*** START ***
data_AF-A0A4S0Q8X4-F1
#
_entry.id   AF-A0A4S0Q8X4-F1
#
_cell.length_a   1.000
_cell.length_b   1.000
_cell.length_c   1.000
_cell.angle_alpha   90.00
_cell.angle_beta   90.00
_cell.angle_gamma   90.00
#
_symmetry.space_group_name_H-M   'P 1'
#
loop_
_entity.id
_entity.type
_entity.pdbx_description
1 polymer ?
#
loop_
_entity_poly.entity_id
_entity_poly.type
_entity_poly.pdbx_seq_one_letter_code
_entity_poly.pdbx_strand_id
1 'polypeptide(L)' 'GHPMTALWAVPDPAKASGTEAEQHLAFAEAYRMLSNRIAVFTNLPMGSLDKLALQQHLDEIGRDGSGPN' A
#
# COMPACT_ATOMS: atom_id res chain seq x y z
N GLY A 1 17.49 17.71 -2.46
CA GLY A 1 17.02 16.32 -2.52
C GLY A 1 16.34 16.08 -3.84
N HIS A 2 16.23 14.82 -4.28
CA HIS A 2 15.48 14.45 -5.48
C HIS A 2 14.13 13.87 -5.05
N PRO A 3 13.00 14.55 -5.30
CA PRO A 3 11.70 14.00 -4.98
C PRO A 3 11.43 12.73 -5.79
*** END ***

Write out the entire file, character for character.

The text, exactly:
data_AF-A0A4S0Q8X4-F1
#
_entry.id   AF-A0A4S0Q8X4-F1
#
_cell.length_a   1.000
_cell.length_b   1.000
_cell.length_c   1.000
_cell.angle_alpha   90.00
_cell.angle_beta   90.00
_cell.angle_gamma   90.00
#
_symmetry.space_group_name_H-M   'P 1'
#
loop_
_entity.id
_entity.type
_entity.pdbx_description
1 polymer ?
#
loop_
_entity_poly.entity_id
_entity_poly.type
_entity_poly.pdbx_seq_one_letter_code
_entity_poly.pdbx_strand_id
1 'polypeptide(L)' 'GHPMTALWAVPDPAKASGTEAEQHLAFAEAYRMLSNRIAVFTNLPMGSLDKLALQQHLDEIGRDGSGPN' A
#
# COMPACT_ATOMS: atom_id res chain seq x y z
N GLY A 1 17.49 17.71 -2.46
CA GLY A 1 17.02 16.32 -2.52
C GLY A 1 16.34 16.08 -3.84
N HIS A 2 16.23 14.82 -4.28
CA HIS A 2 15.48 14.45 -5.48
C HIS A 2 14.13 13.87 -5.05
N PRO A 3 13.00 14.55 -5.30
CA PRO A 3 11.70 14.00 -4.98
C PRO A 3 11.43 12.73 -5.79